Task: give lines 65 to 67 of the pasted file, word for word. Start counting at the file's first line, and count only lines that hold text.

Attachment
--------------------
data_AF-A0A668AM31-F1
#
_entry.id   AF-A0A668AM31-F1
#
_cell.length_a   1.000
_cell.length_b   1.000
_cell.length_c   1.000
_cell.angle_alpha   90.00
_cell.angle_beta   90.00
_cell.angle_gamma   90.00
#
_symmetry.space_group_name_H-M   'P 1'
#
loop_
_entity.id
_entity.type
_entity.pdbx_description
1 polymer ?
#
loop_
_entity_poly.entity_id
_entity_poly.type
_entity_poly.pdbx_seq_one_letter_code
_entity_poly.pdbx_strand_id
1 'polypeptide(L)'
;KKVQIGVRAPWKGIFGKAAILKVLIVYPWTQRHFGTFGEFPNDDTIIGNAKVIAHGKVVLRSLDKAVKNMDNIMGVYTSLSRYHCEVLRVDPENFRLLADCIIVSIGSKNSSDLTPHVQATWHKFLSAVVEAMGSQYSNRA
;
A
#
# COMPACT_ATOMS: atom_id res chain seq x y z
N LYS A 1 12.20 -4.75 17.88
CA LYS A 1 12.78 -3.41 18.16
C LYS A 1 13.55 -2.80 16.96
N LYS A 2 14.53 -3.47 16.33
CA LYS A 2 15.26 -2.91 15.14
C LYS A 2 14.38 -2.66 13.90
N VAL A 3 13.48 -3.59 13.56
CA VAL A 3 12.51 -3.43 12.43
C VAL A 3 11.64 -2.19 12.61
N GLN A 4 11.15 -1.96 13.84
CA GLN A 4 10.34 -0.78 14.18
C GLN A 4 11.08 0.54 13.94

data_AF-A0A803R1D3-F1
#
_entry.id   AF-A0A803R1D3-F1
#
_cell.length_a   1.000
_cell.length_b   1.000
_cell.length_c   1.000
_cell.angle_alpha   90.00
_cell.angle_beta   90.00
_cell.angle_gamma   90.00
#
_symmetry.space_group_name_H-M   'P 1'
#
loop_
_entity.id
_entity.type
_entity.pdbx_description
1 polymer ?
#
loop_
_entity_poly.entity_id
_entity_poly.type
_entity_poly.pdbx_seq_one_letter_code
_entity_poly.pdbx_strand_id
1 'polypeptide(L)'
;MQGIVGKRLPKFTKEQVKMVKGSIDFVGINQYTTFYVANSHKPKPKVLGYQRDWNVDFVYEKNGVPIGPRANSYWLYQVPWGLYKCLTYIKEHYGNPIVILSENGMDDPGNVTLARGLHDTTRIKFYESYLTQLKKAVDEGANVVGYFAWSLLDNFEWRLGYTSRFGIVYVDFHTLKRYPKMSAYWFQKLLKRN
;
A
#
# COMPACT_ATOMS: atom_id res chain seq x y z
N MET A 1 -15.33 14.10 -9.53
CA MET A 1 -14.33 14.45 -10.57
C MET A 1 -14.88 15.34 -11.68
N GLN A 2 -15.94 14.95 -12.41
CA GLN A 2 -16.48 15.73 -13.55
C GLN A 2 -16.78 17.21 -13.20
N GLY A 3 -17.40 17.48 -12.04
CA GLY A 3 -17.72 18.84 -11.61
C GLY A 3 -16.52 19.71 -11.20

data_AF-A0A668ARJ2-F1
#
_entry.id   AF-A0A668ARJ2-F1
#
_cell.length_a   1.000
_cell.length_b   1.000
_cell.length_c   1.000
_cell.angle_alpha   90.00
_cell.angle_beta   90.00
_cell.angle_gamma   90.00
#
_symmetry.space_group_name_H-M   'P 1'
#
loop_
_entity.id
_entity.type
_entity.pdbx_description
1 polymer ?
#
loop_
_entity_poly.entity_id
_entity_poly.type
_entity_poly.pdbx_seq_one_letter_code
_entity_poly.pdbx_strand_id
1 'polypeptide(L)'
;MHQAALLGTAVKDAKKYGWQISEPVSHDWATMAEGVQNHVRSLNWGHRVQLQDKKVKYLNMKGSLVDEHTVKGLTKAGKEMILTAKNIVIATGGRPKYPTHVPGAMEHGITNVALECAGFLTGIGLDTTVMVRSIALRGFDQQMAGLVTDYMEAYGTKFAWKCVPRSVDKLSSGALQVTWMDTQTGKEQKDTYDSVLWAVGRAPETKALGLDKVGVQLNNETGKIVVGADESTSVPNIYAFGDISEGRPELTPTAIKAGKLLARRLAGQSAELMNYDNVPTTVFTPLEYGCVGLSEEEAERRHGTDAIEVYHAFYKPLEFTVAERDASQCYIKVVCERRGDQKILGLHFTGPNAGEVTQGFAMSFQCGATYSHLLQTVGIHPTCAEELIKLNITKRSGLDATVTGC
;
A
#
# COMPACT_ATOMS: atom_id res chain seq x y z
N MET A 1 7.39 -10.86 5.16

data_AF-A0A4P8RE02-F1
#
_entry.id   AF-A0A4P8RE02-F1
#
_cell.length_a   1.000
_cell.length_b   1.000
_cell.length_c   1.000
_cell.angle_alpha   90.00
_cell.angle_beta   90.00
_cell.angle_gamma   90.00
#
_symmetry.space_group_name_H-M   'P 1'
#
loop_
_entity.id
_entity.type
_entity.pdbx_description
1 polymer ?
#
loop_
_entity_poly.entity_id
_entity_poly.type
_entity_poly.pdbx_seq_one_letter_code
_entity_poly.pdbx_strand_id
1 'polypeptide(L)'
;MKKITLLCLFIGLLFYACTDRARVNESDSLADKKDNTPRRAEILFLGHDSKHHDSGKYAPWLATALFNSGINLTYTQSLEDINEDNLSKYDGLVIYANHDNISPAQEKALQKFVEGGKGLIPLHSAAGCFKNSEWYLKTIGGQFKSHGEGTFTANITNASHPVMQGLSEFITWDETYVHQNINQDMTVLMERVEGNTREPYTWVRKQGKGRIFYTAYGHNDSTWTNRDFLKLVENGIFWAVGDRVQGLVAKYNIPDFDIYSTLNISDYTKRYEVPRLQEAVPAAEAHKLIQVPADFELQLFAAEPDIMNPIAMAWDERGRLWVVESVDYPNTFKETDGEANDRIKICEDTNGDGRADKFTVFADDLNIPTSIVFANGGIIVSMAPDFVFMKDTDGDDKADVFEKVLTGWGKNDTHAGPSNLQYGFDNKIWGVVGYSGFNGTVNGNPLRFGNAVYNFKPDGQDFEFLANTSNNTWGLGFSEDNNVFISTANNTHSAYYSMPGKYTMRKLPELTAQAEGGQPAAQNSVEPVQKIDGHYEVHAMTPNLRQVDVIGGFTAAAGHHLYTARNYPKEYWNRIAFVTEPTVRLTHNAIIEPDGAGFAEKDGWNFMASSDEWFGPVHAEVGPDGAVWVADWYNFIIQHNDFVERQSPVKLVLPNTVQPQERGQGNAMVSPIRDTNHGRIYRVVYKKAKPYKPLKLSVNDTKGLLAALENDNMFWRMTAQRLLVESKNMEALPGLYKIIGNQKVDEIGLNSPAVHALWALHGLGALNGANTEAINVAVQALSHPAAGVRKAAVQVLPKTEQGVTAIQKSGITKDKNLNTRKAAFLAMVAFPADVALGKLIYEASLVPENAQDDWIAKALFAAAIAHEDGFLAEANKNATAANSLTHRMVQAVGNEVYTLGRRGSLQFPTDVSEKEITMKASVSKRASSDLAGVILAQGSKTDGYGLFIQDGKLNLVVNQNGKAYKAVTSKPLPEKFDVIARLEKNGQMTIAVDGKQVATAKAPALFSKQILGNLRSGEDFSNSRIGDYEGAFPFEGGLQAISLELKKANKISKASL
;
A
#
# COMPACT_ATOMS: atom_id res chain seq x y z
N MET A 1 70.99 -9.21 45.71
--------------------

_entity_poly.pdbx_seq_one_letter_code
_entity_poly.pdbx_strand_id
1 'polypeptide(L)'